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48 Oregon students were caught with guns at school last year, data shows – more than double the previous year

Gun found in backpack
Portland Police Bureau/KGW
Gun found in backpack

By Kyle Iboshi, KGW

PORTLAND, Ore. (KGW) — The number of students caught bringing a gun to school in Oregon increased significantly last year, KGW reported this week.

A total of 48 students were disciplined during the 2022-23 school year for possessing a handgun, shotgun or rifle on K-12 campuses, according to statewide data. That’s an increase from 18 cases during 2018-19, the last full school year before pandemic shutdowns.    

Guns showed up in every type of community — urban, suburban and rural. Last year, guns were recovered in 13 school districts including Centennial, Corvallis, Crook County, Glide, Greater Albany, Jefferson County, Medford, North Clackamas, Oregon City, Pendelton, Portland, Reynolds and Salem-Keizer.

Nearly half the gun cases last year involved the state’s largest district; 20 students in Portland Public Schools were disciplined for having a gun, according to state data. A spokesperson for the district said most cases involved high school students, although four incidents were middle school kids. In a few cases more than one student was disciplined for an incident involving a single gun, the district spokesperson explained.

Many of these cases were never publicly reported. In Oregon, juvenile records are protected, and student privacy laws prevent schools from sharing specific details. KGW obtained student discipline records with the Oregon Department of Education through a public records request, although the data does not provide identifiable information about any students or their specific schools.

The data shows that over the past decade, 198 students in Oregon were disciplined for bringing a handgun, shotgun or rifle to a public-school campus. Federal law prohibits guns on K-12 campuses, with exceptions for licensed carriers. Oregon law requires a one-year expulsion for students who bring firearms to school.  

Additionally, the statewide records show 37 students brought other weapons to school last year, including airsoft guns, stun guns and BB guns.

“I suspect this is the tip of the iceberg,” said Kathleen Carlson of the OHSU Gun Violence Prevention Research Center. Carlson believes the numbers reflect a society awash in guns.   

“The leading cause of death for children in this country is firearm injuries,” said Carlson.

The weapons were discovered in backpacks, bags, lockers, cars and pockets, according to police reports and school administrators. Some were brought to school by accident, others to show off. Typically a student who brings a gun doesn’t intend to harm anyone, researchers say — they just don’t feel safe at school or on the way to school.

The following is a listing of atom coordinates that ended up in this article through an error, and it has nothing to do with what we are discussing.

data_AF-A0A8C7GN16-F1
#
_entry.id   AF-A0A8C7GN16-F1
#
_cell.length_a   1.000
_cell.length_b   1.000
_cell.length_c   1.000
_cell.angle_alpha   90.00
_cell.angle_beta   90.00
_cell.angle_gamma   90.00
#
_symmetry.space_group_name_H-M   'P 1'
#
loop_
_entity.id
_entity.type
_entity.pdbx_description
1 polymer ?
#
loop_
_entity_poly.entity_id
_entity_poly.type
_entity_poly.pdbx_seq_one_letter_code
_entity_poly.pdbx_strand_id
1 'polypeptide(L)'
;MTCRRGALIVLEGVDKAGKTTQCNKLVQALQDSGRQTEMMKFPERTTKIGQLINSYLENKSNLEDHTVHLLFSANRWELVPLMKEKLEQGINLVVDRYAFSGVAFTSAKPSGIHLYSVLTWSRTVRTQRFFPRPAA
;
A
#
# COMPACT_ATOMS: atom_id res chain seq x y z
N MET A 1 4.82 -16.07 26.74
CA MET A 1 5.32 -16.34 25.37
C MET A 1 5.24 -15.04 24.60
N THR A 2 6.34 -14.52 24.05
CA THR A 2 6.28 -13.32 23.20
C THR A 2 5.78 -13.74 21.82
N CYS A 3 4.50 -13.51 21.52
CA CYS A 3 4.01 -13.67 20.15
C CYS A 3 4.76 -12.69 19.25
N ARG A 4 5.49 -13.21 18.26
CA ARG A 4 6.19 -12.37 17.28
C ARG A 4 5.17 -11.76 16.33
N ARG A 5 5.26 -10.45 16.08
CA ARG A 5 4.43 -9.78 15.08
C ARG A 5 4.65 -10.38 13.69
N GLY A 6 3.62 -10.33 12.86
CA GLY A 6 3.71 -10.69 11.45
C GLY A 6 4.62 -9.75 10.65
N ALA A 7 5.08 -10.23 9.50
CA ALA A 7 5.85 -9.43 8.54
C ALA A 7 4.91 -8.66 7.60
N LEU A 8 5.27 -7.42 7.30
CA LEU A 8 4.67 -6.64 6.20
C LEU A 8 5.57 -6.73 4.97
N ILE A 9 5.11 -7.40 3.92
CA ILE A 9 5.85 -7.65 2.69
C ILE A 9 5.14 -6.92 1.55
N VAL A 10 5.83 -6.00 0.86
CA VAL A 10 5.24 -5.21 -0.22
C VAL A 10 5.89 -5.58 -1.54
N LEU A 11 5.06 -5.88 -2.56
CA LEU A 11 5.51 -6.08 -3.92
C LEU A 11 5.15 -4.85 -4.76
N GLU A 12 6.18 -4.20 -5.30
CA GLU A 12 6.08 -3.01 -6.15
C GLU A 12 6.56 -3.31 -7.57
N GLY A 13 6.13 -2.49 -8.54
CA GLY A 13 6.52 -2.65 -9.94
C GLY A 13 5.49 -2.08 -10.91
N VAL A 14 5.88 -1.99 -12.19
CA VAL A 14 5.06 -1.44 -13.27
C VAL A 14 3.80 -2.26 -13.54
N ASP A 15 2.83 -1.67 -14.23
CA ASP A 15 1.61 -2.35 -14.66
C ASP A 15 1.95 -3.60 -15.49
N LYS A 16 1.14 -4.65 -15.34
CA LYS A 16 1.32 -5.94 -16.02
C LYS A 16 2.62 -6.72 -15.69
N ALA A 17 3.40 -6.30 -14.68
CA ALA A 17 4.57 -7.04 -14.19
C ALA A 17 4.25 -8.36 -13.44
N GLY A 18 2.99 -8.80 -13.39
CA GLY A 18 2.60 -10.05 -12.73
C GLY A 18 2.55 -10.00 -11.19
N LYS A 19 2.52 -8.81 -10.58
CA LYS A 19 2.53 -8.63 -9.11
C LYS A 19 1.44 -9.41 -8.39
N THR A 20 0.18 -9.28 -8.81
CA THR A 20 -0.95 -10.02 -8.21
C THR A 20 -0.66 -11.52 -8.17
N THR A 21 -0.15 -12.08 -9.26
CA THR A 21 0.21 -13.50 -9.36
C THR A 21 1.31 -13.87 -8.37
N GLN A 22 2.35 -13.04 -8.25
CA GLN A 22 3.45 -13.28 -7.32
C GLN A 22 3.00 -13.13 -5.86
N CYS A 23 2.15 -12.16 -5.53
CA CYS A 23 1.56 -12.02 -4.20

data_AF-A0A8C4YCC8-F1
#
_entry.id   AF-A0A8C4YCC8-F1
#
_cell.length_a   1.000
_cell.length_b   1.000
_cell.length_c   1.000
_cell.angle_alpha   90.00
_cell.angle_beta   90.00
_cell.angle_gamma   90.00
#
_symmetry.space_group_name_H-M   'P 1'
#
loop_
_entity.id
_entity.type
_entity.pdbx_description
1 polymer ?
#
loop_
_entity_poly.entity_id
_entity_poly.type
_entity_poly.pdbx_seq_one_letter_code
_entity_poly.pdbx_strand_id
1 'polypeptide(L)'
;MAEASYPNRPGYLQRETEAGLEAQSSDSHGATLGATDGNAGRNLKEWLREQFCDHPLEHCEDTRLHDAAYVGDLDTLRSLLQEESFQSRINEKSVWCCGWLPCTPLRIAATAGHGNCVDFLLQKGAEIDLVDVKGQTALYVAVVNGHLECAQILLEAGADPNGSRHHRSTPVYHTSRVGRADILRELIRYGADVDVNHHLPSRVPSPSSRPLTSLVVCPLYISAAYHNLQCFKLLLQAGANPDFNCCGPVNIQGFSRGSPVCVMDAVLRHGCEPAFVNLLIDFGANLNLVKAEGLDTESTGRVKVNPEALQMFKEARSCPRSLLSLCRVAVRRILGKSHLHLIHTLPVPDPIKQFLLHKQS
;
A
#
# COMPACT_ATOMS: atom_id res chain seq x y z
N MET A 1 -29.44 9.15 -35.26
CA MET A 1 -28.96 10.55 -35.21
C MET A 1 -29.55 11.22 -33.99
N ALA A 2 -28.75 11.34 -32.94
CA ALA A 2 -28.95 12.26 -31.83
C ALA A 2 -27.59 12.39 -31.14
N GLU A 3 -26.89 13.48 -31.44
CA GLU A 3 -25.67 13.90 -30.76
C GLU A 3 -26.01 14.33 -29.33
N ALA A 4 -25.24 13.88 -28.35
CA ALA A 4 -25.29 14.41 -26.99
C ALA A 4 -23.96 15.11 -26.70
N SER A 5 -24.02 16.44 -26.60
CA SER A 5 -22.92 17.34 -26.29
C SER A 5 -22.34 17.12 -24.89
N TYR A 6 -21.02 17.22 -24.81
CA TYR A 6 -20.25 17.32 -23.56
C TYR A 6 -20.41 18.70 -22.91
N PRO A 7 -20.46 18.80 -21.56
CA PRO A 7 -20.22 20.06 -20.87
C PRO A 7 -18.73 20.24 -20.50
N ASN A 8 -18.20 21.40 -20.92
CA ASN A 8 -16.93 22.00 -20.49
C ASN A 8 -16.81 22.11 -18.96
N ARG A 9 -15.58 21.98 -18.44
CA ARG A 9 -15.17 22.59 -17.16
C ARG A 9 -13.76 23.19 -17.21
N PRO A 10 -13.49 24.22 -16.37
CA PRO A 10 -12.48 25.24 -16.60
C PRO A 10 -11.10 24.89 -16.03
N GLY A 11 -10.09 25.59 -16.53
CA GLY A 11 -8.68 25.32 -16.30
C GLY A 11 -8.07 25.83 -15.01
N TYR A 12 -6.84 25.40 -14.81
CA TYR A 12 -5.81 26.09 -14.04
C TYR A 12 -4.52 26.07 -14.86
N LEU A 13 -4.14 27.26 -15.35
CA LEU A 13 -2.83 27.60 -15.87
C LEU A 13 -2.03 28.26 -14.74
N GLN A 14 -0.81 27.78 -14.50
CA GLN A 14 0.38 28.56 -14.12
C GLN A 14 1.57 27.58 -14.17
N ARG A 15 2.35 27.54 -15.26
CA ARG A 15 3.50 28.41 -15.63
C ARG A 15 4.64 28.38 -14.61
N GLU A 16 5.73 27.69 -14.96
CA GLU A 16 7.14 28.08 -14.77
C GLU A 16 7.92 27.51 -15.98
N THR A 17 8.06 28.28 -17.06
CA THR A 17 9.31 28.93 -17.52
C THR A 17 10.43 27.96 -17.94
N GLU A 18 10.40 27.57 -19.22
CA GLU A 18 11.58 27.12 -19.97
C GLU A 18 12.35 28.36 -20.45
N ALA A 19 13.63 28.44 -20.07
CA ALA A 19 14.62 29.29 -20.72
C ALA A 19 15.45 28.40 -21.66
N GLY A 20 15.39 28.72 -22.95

“What we do know from research is that kids who tend to carry guns, including on school campuses, have experienced or witnessed violence in their communities,” said Carlson.

The growing number of guns seized in Oregon schools mirrors a national trend — a rise in school shootings. These tragedies have prompted many districts to revisit the controversial presence of school resource officers. Some school districts, including Portland, have tested metal detectors or weapon screening systems. In Klamath Falls, schools installed artificial-intelligence-driven technology to detect if someone is openly carrying a gun on school property.

“They can work, but really that’s about mitigation, waiting until the problem comes to your door,” said Courtenay McCarthy, school psychologist with Salem-Keizer Public Schools. “We would rather get ahead of the problem and do some early intervention, some prevention.”

The Salem-Keizer School District pioneered a school safety program more than 20 years ago that focuses on preventing bad things from happening in the first place — like a gun incident.

“We don’t want kids going down that path,” said McCarthy. “We want to get involved as early as possible.”

A team that includes school staff, teachers, coaches, special education, law enforcement and parents work to assess risk and provide support, McCarthy explaind. Students also play a vital role.

“Kids know what’s going on with other kids, so we want to make sure they are reporting when they have concerns,” said McCarthy.

SafeOregon is a statewide school safety tip line. Records show over the past six years, there’s been a significant uptick in the number of tips related to weapons and threats of planned school attacks. While that may be concerning to some, others suggest it’s a sign the system is working. People reported concerns, and most guns were confiscated before anyone fired them.

“It’s a challenging problem but I know if we can get in front of these issues, we can really make a difference in the lives of kids,” said McCarthy.

To report potential threats against students or schools in a confidential or anonymous way, contact SafeOregon. Click to report a tip.

Article Topic Follows: Oregon-Northwest

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